If the Walnut Valley Unified School District and the association representing its teachers can’t reach an agreement on furlough days, 30 to 40 layoffs could be on the horizon.
Superintendent Dean Conklin, flanked by school board Vice President Nancy Lyons, Clerk Cindy Ruiz, and member Phillip Chen, held a press conference today to share information about the district’s budget woes, stalled talks with the Walnut Valley Educator’s Association, and school safety.
Walnut Mayor Mary Su also spoke at the meeting, translating Conklin’s statement into Mandarin for members of the Chinese media and the public.
Conklin said the district is facing a $4.7 million budget deficit for the current year and is looking to furlough days as a plan to help close the gap.
District administrators agreed to a 3.26 percent reduction, which is equal to about six or seven furlough days. Now the district hopes the Walnut Valley Educator’s Association, which represents its 654 teachers, will agree to take six furlough days.
However, talks stalled recently and the district has requested that the state Public Employees Relations Board send in an independent mediator to see if both sides can settle the dispute.
Mediation will begin Jan. 7, the date district employees return from winter break. If that does not work, the next step in the process is fact finding, involving interviews with a panel of three from the state.
If the two entities can’t reach an agreement, preliminary layoff notices would go out March 15, Conklin said.
“We would hope to have a resolution prior to that,” he said.
Negotiations remain ongoing between the district and the Classified School Employees Association, Walnut chapter, so non-teaching workers are not affected by the impasse, he said.
Some parents asked if a strike might be possible, but Conklin called that “a very severe action” and said he didn’t feel it was likely.
Larry Taylor, Walnut Valley Educator’s Association president, said earlier this week that his group is opposed to furloughs because that means fewer days for students in the classroom.
“What the district has done is asked to go through the impasse process because of its inability to solve the deficit (issue),” Taylor said. “We’re willing to work with them, but we’re concerned with the impact of furlough days on the students.”
The district needs to come up with a long-term plan and not a temporary fix in the form of furlough days, Taylor said.
“There are ways to minimize the deficit and work on a multi-year plan,” he said. “It’s not going to go away with furlough days. It’s just temporary.”
Conklin said the district does have a plan for the long term that includes repurposing existing properties, keeping a hiring freeze in place, offering another early retirement program, and relying on natural attrition to create vacancies that won’t be filled. The district also expects, as the economy improves in the next couple of years, to see more the revenue coming into the district increase by a couple of percentage points, he added.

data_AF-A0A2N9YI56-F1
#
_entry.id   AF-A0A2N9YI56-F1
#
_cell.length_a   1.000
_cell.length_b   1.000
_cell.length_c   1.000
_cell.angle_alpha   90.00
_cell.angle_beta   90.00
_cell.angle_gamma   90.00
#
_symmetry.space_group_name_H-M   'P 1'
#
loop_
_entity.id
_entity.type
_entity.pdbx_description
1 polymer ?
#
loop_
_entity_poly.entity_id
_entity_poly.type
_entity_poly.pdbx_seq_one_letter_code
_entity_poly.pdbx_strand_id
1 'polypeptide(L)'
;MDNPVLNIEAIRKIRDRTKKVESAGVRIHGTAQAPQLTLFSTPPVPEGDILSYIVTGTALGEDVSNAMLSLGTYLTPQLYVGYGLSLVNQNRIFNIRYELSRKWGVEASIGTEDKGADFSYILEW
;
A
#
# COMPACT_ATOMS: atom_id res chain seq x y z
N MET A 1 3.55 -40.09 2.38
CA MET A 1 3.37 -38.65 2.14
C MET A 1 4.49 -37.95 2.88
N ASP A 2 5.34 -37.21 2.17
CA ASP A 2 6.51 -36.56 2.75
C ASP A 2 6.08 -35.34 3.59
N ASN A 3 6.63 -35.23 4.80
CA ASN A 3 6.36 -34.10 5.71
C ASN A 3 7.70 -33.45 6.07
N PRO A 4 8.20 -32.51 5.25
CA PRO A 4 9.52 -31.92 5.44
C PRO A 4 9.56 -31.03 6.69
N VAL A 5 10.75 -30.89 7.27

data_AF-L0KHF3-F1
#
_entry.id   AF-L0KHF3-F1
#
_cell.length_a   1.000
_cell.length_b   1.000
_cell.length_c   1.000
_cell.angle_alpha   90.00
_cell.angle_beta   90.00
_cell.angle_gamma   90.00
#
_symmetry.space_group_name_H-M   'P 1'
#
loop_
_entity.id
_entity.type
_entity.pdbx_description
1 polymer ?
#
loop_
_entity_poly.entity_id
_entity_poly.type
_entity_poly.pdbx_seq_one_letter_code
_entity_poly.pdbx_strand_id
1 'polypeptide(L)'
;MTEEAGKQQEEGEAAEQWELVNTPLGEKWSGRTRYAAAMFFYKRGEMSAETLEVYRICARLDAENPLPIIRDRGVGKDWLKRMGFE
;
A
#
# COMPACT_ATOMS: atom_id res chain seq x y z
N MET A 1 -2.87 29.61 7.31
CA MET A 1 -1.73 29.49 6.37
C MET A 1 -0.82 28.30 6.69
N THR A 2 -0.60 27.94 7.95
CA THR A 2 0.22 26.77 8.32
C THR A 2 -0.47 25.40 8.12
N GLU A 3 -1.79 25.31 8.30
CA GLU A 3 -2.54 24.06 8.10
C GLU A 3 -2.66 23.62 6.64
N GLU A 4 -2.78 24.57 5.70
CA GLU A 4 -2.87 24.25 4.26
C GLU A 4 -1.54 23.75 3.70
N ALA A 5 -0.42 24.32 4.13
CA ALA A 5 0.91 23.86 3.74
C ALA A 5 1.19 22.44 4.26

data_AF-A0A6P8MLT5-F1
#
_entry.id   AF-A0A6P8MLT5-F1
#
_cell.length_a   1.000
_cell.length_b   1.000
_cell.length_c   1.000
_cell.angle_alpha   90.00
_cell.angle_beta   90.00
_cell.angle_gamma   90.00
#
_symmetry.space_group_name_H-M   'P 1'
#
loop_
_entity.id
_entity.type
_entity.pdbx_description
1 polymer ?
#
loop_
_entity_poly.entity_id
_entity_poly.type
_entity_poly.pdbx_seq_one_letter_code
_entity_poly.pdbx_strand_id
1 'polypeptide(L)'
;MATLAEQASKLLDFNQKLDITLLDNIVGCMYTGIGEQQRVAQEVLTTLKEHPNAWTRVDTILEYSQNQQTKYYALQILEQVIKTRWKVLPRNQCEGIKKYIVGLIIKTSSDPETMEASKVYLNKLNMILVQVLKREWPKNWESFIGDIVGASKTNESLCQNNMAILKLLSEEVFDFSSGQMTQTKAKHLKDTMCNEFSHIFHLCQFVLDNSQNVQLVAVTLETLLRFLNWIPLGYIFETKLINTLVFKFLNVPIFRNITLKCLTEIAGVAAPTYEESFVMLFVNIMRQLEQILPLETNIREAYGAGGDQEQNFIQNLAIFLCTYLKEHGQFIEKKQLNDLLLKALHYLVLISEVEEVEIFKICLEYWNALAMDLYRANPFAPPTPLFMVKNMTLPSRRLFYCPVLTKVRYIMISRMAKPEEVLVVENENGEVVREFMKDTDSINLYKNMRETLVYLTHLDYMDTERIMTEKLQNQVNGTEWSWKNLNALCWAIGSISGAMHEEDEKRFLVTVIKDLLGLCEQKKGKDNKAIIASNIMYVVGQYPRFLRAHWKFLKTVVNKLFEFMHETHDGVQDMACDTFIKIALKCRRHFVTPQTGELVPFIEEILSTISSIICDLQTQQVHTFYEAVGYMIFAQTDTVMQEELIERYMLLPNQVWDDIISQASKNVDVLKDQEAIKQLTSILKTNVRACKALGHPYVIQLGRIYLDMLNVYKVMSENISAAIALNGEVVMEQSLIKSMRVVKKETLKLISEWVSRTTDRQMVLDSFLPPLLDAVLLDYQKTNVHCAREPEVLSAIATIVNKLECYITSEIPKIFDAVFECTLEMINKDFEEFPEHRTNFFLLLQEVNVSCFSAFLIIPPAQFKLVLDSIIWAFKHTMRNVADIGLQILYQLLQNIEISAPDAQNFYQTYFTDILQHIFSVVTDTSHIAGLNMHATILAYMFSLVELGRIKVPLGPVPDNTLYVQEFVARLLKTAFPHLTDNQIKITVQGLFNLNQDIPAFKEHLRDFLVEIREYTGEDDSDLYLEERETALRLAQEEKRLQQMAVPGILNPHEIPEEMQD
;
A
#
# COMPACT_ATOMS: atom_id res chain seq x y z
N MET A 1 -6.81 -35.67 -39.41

Earlier this month, the district announced plans to file what is called a negative certification with the Los Angeles County Office of Education. A negative certification means that a district will be unable to meet its financial obligations for this year and next.
“This is the first time ever for Walnut Valley and it’s sad,” said Colleen Patterson, the outgoing interim assistant superintendent of budget services. “You’ve hit your own personal fiscal cliff.”
Patterson pointed to deferred money totaling $22.2 million this year alone that the state owes the district as one of the chief reasons the district is fiscally in the hole. The state will owe the district $66 million in IOUs in the next three years, she said.
The district must get its finances in order or risk a state takeover, officials said.
Conklin said at the press conference that the district’s deficit spending has come from less money coming in from the state each year while expenses such as salaries in the form of step and column increases keep going up. That has meant that the district has had to rely on its reserves to make up the gap.
The district has cut $8 million out of the budget since 2007-2008, he added.
“Ninety percent of our budget is spent on people, so if we cut our budget, that means we cut people,” he said. “While the board and the superintendent in this district have made deep cuts over the past five years, every effort has been made to keep those cuts away from the classroom.”
Conklin also said that the district is “disappointed and concerned” that the WVEA leadership has encouraged teachers to engage in a work slow down by refusing to assist in any assignments and activities not called for in the labor contract.
District and school administrators plan to step in and serve as student club advisors if it comes to that, he said. Plans also include reaching out to the community for parent volunteers.
Conklin also spoke briefly about school safety in the wake of the recent mass shooting at Sandy Hook Elementary School in Newtown, Conn.
Each school has a safety plan in place and the district is providing psychological support to students and adults as needed. All schools are safe, he said.
“The tragedy that took place in Connecticut last week has impacted all of us,” he said. “As parents, as educators, the emotions we felt have been real and we have been moved.”